From Lee's To Kill a Mockingbird, how does Atticus define background? How does his definition differ from Aunt Alexandra's? 

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tinicraw eNotes educator| Certified Educator

Aunt Alexandra comes to live with her brother's family in chapter 13. Once there, she starts talking about the hierarchy of genetics in Maycomb. Of course she believes that the Finches are at the top and should be considered genetic royalty. Her main reason for discussing such things is because she wants Jem and Scout to understand why they should behave, dress, and represent the Finch name. For example, Aunt Alexandra wants Jem and Scout to be and look better in public because of who they are. Therefore, she believes that if she teaches them everything about genetics, and what makes up good families, hopefully the children will represent the Finch name better. Scout is confused as to why her aunt thinks this is so important by saying the following:

"I never understood her preoccupation with heredity. Somewhere, I had received the impression that Fine Folks were people who did the best they could with the sense they had, but Aunt Alexandra was of the opinion, obliquely expressed, that the longer a family had been squatting on one patch of land the finer it was" (130).

Scout says that "somewhere" she picked up her beliefs that people create their own value and that it doesn't just come from genetics. This "somewhere" has to be from her father, Atticus. For example, when Atticus tells the children the difference between the Cunninghams and the Ewells, he indirectly defines background by praising the Cunninghams for being hard workers and honest with their debts. On the other hand, he defines the Ewells as the biggest disgrace in the county because they aren't honest in their dealings and they are neglectful with their children's upbringing. One difference between these two families is the Cunninghams go hungry because of the Great Depression, not for lack of work ethic; but the Ewells go hungry because of laziness and drunkenness.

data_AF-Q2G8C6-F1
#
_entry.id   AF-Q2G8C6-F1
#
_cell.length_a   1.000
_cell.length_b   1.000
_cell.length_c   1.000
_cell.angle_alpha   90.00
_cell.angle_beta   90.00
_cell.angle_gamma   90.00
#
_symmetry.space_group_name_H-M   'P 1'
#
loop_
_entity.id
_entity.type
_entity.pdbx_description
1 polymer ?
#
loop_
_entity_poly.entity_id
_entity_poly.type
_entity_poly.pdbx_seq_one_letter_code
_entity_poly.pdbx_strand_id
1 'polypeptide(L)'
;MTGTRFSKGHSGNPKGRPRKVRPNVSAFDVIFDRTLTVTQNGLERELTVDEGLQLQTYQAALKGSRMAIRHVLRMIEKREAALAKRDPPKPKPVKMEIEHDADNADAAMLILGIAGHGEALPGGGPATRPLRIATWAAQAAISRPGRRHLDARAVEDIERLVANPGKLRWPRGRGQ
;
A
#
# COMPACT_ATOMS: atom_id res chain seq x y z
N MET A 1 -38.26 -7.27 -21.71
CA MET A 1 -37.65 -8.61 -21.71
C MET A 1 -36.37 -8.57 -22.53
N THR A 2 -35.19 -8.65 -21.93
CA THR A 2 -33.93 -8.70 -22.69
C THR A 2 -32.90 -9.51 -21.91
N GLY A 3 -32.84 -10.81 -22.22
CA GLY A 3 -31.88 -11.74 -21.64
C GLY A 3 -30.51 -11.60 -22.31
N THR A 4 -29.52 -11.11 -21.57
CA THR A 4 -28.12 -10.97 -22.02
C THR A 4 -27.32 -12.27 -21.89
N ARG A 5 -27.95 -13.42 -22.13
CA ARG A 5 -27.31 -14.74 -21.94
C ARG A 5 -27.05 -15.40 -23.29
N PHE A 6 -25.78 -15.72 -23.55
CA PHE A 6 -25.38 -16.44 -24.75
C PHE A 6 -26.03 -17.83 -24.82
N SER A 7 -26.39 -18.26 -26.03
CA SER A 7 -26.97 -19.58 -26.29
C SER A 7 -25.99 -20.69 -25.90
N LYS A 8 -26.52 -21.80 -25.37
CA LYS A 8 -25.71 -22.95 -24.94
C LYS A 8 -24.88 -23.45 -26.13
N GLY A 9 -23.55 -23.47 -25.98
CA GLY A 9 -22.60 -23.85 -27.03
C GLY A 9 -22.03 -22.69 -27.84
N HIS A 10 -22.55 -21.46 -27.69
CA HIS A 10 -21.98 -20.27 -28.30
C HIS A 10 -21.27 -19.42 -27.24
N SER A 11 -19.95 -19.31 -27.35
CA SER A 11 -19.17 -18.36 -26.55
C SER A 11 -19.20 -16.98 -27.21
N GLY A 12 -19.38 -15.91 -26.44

Atticus doesn't teach his kids these things so they will be snobs; or just because they have the Finch name; or because their ancestors owned a plantation with slaves. Atticus doesn't teach his kids that since their ancestors helped to establish Maycomb, and were rich, that they should act properly to show it. He teaches his children to respect everyone, to see others from different perspectives, and not to lose their tempers when they are treated with prejudice. Aunt Alexandra only teaches the kids how to demonstrate proper manners in public and how to be prejudiced. She doesn't teach them about love and kindness. Therefore, Aunt Alexandra defines background with genetics, money, manners, and ownership of land; whereas Atticus defines it as someone doing the best they can with what they have.

 

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To Kill a Mockingbird

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